What is self-hosting, and is there value in it?

edA‑qa mort‑ora‑y on February 15, 2019

I got a chance to talk with CppCast* and one of the questions that came up was self-hosting. I thought I'd write something quickly about it, and ... [Read Full]
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Primarily, self hosting was a way to gain platform independence. If your language was self hosted, then if you needed to target a new platform, you added support to the compiler for that platform, then cross compiled it for the platform with the support you just added. And voila, you have ported it. If you have a language for systems programming, this is essential. Otherwise how do you get the language onto a platform that just came into being?

Plus, for much of the history of computing, the compiler was likely to be the most sophisticated program written in a language, so it gave a language an immediate, sophisticated testbed. It also acted as a brake on language complexity. If your language is self hosted, any feature you add you have to balance against the complexity it adds to the compiler. This biases the language towards being good for writing compilers, rather than some other class of program.

If you are working on languages that aren't for systems programming, it matters less. MATLAB, for example, started as an interpreter to access BLAS libraries, so it assumed the existence of a FORTRAN compiler and toolchain on the system (or you wouldn't have BLAS in the first place). If you have a FORTRAN compiler and you build on that language and toolchain, then cross compiling to a bare platform is irrelevant.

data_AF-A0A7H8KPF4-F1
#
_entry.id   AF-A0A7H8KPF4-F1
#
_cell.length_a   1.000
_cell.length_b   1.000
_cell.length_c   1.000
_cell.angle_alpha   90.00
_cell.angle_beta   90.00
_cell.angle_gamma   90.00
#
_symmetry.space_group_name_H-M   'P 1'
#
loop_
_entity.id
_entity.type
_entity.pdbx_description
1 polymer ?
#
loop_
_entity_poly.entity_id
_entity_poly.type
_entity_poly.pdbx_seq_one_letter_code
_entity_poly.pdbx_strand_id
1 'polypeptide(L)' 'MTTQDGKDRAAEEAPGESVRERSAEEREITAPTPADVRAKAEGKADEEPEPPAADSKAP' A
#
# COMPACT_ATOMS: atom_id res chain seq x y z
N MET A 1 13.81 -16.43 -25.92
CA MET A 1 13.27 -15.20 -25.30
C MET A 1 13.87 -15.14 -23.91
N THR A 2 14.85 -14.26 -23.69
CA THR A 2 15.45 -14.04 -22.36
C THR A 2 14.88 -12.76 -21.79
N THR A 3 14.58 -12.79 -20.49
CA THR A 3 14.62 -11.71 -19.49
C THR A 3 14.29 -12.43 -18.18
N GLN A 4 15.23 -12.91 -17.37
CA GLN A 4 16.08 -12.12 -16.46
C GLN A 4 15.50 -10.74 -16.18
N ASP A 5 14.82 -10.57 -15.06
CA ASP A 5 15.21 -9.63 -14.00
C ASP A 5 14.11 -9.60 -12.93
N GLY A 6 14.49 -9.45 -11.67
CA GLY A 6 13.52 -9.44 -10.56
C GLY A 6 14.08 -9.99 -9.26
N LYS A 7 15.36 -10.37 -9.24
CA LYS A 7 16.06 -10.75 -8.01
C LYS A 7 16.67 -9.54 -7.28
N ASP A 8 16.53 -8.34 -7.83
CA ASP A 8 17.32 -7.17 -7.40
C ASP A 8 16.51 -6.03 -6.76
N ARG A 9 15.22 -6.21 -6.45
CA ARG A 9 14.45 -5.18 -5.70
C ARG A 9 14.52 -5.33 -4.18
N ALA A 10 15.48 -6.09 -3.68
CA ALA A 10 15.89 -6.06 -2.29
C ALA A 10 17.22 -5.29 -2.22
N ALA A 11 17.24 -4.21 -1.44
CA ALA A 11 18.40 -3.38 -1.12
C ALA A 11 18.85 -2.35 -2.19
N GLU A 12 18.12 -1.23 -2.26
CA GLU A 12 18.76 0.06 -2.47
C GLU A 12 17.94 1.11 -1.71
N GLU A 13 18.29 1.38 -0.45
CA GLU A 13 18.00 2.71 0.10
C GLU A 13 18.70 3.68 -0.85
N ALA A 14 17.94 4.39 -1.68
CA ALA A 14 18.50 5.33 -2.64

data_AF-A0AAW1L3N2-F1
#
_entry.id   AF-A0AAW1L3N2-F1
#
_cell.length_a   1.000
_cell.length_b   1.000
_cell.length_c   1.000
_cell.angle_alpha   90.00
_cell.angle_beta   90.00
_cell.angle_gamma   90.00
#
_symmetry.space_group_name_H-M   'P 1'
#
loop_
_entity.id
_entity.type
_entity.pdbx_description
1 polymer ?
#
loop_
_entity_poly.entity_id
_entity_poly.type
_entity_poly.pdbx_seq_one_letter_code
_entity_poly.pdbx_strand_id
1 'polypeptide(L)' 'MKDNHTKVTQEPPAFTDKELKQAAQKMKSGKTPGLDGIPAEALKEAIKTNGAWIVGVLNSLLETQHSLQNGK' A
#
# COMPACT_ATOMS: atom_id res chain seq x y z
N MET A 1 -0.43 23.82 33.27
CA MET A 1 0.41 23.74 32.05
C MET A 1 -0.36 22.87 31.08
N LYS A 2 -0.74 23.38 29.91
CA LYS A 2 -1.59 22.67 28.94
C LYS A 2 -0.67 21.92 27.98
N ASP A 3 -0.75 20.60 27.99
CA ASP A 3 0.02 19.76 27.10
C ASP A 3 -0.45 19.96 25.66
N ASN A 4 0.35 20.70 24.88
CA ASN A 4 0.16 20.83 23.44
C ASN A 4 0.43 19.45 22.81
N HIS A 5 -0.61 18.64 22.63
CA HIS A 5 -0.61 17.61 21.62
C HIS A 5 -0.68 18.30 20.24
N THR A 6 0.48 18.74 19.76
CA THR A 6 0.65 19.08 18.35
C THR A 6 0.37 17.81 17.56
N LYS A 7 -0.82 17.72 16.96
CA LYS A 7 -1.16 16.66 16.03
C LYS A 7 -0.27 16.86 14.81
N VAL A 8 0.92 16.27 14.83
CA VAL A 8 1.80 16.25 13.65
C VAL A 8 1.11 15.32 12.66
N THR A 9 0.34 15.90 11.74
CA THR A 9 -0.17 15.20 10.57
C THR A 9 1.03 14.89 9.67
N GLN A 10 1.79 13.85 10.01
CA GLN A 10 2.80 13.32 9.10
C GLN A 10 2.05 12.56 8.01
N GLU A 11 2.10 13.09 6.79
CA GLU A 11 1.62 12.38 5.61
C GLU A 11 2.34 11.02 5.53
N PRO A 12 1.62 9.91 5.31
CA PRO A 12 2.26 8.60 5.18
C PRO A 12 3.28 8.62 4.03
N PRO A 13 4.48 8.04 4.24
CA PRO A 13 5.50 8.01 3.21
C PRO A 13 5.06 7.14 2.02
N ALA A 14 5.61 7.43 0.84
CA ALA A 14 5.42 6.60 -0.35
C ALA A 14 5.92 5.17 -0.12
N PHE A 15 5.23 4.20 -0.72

I wonder if it's different now that we have platforms like LLVM. By using the LLVM backend, it's easy to target a wide range of platforms.

I wonder how much of a language has to be written in itself to be considered self-hosting. I don't think one would expect that LLVM is replaced, nor the regex library, nor any complex libraries that might be used (I used libgmp in Leaf).

I never thought about how it biases a language towards compilers. Maybe that's why it feels so natural to write compilers in C++. :)


I wonder if it's different now that we have platforms like LLVM. By using the LLVM backend, it's easy to target a wide range of platforms.

Imagine that aliens land and start selling their bare metal microcontrollers for a price we can't refuse. If my compiler actually emits machine instructions directly, then I can add the new microcontroller to it and produce a compiler for the microcontroller. That's where that benefit of self hosting comes in.

That kind of scenario is simply rare today. Our processor families are kind of entrenched. And LLVM, like FORTRAN for MATLAB, is an assumed environment. If you start assuming LLVM, there's no reason to be self hosting. That being said, self hosting languages can quickly develop LLVM backends, and many have, by treating it as a new machine to port to.

I never thought about how it biases a language towards compilers. Maybe that's why it feels so natural to write compilers in C++. :)